Ex Shin Bet Head: I considered killing myself

Former security chief describes the depression he experienced following the assassination of Yitzhak Rabin.

Uzi Baruch ,

Carmi Gillon
Carmi Gillon
Arutz Sheva

The head of the Shin Bet at the time of Yitzhak Rabin's murder, Carmi Gillon, admitted in an interview to Channel 10's "Intimate" program that he had considered committing suicide following the assassination of Yitzhak Rabin and the failure of the Shin Bet security service.

"On a personal level, I wanted to quit everything, I went around with a mark of Cain on my forehead, I could not bear the distress. Everyone looked at me - as the man responsible for the Rabin assassination. On the other hand you have responsibility for your nuclear family, a wife and three girls, one of them only six years old.”

Gilon also said, "I did not share my suicidal thoughts with my wife, but it shocks me more that it took them years to tell what they went through because they did not want to share with me, and protected me. They went through tough times at school.”

Gilon refused to reveal how he planned to end his life. "I thought about how to do it, a gun was out of the question even though it was the most available at home, but I did not want fingerprints and I thought about the family. I suggest that I don’t provide details so as not to give people ideas.”

He said that he was very disappointed with his friends who abandoned him after Rabin's murder: "My good friends are gone. I was personally disappointed with Yaakov Peri [who headed the Shin Bet before Gillon], who said in the media that I should resign. It was said behind my back... That was after I had resigned. Pick up your phone, your successor needs your help, but he had disappeared. "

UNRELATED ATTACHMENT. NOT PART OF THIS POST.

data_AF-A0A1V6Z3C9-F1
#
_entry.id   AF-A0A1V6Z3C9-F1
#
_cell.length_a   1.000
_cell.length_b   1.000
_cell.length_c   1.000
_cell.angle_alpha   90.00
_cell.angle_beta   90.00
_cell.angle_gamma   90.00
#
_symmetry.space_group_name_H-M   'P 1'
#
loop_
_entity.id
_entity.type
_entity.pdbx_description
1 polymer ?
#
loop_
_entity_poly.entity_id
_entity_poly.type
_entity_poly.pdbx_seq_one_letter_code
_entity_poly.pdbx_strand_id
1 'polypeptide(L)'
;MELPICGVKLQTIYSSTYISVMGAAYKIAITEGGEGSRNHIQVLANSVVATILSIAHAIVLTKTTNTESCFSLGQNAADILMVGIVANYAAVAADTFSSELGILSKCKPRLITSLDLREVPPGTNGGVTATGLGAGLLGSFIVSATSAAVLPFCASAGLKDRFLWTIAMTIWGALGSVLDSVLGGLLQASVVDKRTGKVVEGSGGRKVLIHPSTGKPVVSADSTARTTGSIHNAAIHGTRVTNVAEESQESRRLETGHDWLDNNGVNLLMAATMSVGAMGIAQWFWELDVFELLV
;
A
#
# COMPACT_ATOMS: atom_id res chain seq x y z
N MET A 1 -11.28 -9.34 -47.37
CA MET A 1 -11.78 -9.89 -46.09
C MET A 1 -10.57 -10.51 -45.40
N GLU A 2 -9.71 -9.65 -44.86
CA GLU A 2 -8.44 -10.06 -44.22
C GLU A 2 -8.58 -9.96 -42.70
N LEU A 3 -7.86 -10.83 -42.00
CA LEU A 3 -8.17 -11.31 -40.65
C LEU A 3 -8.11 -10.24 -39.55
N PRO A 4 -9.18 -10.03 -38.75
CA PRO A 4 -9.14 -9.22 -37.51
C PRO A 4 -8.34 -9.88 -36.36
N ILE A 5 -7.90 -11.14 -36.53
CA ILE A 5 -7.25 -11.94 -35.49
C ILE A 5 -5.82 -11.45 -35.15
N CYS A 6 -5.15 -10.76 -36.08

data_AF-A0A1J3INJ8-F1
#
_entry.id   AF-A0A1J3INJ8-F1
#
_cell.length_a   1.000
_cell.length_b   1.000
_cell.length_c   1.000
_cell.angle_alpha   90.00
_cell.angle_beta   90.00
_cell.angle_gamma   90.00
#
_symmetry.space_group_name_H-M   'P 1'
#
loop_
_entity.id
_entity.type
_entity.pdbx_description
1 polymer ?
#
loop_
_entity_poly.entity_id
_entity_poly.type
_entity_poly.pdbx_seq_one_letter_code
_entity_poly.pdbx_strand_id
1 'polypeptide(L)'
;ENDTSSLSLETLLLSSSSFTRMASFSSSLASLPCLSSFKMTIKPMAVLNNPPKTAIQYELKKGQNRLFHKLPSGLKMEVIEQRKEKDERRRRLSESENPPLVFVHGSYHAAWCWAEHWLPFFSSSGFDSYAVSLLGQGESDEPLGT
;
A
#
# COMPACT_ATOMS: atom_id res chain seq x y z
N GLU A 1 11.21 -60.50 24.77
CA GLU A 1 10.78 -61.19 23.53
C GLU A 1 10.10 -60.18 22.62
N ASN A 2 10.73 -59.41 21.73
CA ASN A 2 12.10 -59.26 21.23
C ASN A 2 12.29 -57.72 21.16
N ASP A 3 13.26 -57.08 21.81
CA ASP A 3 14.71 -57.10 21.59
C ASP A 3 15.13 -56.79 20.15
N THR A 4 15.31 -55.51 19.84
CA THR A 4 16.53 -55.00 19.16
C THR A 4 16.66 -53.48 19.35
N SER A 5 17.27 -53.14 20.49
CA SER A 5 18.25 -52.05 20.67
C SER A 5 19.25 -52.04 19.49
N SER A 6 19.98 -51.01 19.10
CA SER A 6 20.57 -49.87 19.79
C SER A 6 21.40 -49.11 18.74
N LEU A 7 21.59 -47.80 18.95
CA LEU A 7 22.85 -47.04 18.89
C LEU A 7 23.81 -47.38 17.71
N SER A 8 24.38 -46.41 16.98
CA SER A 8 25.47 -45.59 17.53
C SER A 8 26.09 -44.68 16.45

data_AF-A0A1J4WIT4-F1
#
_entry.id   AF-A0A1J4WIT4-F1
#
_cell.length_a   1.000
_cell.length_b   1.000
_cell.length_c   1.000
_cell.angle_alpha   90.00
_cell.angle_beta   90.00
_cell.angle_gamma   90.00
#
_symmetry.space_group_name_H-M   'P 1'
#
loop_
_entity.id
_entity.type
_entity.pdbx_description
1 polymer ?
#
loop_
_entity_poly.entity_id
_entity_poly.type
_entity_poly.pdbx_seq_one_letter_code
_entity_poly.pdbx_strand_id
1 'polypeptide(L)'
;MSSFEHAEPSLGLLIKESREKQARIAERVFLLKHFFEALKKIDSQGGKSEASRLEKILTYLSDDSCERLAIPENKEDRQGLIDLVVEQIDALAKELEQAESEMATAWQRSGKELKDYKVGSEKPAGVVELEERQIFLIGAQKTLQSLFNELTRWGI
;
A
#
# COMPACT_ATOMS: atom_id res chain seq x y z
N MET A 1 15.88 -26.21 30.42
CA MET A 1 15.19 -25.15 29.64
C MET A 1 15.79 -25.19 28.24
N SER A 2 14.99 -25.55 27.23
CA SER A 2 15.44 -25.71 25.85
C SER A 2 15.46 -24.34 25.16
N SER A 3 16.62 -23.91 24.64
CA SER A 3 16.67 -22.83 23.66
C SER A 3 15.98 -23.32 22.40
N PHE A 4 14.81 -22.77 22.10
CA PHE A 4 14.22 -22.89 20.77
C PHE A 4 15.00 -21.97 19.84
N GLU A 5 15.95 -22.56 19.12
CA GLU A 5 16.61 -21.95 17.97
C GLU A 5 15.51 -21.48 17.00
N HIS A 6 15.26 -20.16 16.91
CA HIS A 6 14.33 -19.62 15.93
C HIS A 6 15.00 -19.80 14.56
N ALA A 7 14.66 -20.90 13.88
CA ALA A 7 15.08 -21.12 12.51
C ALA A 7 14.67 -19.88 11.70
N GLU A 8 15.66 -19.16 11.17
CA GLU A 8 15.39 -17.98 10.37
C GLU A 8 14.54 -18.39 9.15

At the time of the Rabin assassination, on Saturday night, Gillon was in Paris and received the news from his office manager on the way to the airport: "I did not recover from Rabin's murder and I can not recover. I can not explain the colossal failure. To this day, I can not understand how Yigal Amir could shoot three shots. I was educated as a security guard that it is reasonable to believe that the attacker could fire a first bullet, but woe if he shoots a second bullet. "

In the interview, he regretted that he did not go to psychological treatment after Rabin's assassination, but received medical treatments that gave him prescriptions for pills to treat his mental state.